Written by Nicolas Messner on 10. Mar 2024
Photographs by Gabriela Sabau, Emanuele Di Feliciantonio

In his capacity as IJF Education and Coaching Director, a member of the Executive Committee, and above all as a great judo enthusiast, Mohammed Meridja has been following the World Judo Tour assiduously for years. A former high-level athlete himself, he has in-depth knowledge of the development of judo. We asked him what he thought about this Upper Austria Grand Prix and more generally about the changes that have affected our sport in recent years.

“The competition is not over yet, but I can already say that I am impressed by the quality of judo on this third day. The number of positive scores is incredible. There is a lot of commitment and desire to throw, which is really good. There are really a lot of contests that are very interesting to follow.

The first day was a little more laborious, with more tactics, while on the second day we witnessed, among other things, a beautiful final block. In fact, I really wanted to follow all the fights.

Compared with a few years ago, judo has changed a lot and above all it has evolved in a good direction. The competitions are more and more attractive, especially while we are in the midst of Olympic qualification and in the preparation phase for the Abu Dhabi World Championships. This is the result of the hard work of the IJF and all national federations. There are many resources invested to make improvements in all sectors. Everyone is working in the same direction and it shows.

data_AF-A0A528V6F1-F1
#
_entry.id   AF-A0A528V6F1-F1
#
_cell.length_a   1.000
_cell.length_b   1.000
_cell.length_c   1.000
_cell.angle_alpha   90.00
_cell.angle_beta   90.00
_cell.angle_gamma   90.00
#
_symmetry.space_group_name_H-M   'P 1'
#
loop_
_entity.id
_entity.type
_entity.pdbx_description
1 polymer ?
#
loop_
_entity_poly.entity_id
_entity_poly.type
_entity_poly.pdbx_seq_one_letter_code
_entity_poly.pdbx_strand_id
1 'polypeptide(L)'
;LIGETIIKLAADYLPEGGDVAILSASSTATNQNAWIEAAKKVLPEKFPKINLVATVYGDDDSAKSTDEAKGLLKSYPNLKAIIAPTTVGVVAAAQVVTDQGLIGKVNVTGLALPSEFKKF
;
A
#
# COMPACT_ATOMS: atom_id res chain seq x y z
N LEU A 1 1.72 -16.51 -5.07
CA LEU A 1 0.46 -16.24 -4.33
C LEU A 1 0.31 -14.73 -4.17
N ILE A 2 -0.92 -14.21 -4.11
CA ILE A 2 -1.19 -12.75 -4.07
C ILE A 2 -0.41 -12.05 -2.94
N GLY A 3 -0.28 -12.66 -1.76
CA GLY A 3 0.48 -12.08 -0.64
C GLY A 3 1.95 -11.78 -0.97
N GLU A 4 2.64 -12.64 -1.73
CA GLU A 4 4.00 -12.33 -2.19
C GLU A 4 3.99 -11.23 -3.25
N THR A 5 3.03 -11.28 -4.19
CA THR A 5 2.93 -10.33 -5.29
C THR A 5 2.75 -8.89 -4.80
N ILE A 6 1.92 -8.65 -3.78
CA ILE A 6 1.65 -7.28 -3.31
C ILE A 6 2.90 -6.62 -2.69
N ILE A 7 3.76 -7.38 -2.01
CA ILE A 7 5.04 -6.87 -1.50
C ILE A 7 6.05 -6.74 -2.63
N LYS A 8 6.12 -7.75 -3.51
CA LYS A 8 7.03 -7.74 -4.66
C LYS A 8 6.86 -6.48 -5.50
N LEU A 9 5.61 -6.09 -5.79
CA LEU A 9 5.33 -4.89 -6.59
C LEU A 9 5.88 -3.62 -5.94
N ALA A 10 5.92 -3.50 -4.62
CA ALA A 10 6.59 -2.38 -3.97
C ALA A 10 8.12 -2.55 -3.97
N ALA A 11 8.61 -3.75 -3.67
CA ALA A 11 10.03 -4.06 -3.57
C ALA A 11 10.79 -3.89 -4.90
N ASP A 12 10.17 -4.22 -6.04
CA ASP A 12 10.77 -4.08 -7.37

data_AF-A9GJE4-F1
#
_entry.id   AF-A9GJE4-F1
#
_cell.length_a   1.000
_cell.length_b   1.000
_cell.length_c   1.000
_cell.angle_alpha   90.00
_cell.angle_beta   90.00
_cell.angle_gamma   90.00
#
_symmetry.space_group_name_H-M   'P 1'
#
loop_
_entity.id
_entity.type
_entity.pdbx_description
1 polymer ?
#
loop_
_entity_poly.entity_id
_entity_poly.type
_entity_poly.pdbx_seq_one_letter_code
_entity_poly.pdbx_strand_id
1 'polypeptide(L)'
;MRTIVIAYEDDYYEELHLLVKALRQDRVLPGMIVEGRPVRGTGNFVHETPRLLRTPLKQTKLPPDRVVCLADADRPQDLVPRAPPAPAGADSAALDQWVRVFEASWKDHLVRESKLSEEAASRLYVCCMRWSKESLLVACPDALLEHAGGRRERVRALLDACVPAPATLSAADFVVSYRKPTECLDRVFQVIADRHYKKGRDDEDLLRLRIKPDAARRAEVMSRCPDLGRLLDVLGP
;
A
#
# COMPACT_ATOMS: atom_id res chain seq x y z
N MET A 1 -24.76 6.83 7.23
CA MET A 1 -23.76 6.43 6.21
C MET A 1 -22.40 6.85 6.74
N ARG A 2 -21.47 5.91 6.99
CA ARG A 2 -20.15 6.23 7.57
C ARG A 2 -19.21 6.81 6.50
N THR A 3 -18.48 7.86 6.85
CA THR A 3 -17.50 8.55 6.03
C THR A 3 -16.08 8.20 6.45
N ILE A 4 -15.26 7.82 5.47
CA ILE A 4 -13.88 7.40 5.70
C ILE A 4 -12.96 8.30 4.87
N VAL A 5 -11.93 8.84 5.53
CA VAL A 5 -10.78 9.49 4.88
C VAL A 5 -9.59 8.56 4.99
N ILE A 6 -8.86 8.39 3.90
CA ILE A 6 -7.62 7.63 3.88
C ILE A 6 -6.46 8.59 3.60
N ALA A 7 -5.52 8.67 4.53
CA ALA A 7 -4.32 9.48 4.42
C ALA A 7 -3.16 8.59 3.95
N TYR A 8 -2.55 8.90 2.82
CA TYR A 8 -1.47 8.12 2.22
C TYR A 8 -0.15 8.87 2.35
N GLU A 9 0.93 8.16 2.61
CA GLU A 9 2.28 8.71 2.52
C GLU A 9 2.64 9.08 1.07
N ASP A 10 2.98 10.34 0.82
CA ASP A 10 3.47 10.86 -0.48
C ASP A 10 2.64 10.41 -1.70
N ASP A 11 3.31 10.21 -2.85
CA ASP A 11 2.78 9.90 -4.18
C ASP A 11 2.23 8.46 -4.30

I can say that today’s judo presents a stronger and faster face. When I was competing, we only had a few international competitions. From now on, athletes can cross paths on the tatami almost every week, whether in competition or during training camps. Everyone knows each other. The preparation work has therefore become very important. There is no room for improvisation and technical-tactical schemes must be found for all situations. It still produces very spectacular events.

We can say that international judo has become a global village where everyone knows and respects each other. It’s another world. I prefer current judo by far.

All this is to say that as Coaching and Education Director, I am very satisfied with the behaviour of all those involved in the sport. There is a lot of respect at all stages of the judo rocket. Everyone knows what they can do and what their limits are. We do not observe any overflow. International judo is very stable.

The judogi control sector, which is under my responsibility, has also evolved a lot in the right direction. Everything is well regulated. This is imperative because we are the only sport where our equipment (the judogi and the belt) is used by our opponent. The improvement in compliance with the rules is notable. Everything is in order and it bodes well for a bright future for our sport.”